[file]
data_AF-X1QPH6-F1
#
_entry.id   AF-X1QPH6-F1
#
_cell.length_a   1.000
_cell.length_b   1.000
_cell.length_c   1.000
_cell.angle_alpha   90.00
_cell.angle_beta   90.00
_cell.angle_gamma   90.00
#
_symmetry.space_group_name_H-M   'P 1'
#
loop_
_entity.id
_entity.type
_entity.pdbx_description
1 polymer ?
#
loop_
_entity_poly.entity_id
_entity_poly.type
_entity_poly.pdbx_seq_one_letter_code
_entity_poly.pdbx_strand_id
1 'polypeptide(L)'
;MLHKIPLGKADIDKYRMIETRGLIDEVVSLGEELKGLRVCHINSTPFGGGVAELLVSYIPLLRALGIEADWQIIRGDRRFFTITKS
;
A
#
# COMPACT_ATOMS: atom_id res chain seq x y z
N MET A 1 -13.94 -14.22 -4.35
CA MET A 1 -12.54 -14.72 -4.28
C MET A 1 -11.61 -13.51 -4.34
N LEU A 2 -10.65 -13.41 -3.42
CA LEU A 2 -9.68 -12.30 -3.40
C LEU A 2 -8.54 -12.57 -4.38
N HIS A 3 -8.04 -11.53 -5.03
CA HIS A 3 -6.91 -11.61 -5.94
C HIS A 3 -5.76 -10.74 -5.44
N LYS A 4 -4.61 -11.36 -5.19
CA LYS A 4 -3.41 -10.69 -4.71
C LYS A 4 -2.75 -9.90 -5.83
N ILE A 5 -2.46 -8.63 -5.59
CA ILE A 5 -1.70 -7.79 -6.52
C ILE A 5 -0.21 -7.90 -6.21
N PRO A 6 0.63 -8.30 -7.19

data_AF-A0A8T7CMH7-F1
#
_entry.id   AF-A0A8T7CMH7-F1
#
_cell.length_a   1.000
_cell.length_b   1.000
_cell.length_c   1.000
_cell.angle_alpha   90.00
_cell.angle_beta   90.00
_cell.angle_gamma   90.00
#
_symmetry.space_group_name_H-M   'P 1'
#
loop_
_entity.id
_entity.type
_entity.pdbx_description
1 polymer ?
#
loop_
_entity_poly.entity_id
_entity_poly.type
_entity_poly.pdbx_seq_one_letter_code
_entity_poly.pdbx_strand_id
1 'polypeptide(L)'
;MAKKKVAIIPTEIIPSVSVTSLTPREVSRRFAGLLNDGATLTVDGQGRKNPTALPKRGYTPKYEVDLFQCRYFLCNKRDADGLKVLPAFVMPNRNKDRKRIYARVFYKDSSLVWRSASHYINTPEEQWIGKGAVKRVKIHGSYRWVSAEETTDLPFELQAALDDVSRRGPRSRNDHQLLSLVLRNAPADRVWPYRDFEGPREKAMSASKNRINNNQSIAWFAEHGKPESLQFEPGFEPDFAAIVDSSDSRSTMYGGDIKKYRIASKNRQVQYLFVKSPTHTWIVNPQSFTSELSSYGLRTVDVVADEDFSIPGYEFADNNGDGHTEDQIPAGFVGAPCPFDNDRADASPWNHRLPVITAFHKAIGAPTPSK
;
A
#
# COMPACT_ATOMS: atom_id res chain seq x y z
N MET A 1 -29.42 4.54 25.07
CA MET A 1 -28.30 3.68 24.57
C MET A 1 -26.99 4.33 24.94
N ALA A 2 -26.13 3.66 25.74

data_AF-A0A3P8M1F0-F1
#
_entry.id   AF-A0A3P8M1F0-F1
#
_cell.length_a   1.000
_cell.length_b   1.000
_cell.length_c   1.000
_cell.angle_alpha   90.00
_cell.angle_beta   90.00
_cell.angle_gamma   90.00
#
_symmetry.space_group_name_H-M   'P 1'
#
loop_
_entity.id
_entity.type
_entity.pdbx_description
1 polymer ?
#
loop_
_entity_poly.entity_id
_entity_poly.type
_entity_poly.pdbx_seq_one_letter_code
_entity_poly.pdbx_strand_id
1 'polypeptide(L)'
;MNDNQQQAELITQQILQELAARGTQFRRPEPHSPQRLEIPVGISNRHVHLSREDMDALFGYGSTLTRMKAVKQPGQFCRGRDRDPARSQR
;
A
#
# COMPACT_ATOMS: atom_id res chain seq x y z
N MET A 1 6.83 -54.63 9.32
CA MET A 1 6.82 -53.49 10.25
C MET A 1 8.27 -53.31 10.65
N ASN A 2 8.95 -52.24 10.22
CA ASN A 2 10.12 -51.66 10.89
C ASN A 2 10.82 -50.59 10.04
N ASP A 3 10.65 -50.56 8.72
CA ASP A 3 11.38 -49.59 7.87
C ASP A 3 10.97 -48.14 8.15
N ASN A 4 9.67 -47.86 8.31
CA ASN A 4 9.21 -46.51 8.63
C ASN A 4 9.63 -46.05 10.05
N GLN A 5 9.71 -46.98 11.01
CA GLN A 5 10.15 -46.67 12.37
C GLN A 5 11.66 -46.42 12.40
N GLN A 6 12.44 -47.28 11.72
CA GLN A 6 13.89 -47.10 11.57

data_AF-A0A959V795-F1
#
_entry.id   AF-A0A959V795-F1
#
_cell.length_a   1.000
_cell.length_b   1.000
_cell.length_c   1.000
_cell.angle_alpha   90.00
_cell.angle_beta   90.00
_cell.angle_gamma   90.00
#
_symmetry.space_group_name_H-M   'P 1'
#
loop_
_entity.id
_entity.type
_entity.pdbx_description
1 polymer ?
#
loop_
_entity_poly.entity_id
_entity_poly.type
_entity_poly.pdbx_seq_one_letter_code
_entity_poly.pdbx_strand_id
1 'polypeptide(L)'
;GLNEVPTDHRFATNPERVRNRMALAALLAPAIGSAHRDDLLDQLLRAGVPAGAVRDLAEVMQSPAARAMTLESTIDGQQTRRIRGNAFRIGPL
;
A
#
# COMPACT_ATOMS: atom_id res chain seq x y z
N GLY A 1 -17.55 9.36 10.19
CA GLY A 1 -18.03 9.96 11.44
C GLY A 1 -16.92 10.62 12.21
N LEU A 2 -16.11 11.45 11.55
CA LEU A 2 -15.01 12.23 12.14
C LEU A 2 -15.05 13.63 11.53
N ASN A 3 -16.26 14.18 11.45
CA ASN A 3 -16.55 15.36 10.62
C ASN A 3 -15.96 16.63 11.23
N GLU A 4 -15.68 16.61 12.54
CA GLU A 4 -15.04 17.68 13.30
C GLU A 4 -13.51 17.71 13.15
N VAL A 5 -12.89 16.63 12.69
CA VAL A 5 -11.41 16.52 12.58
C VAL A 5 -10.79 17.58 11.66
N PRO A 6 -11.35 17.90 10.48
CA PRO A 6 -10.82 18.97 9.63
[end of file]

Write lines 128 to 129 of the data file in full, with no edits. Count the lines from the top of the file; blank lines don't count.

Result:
data_AF-A0A959V795-F1
#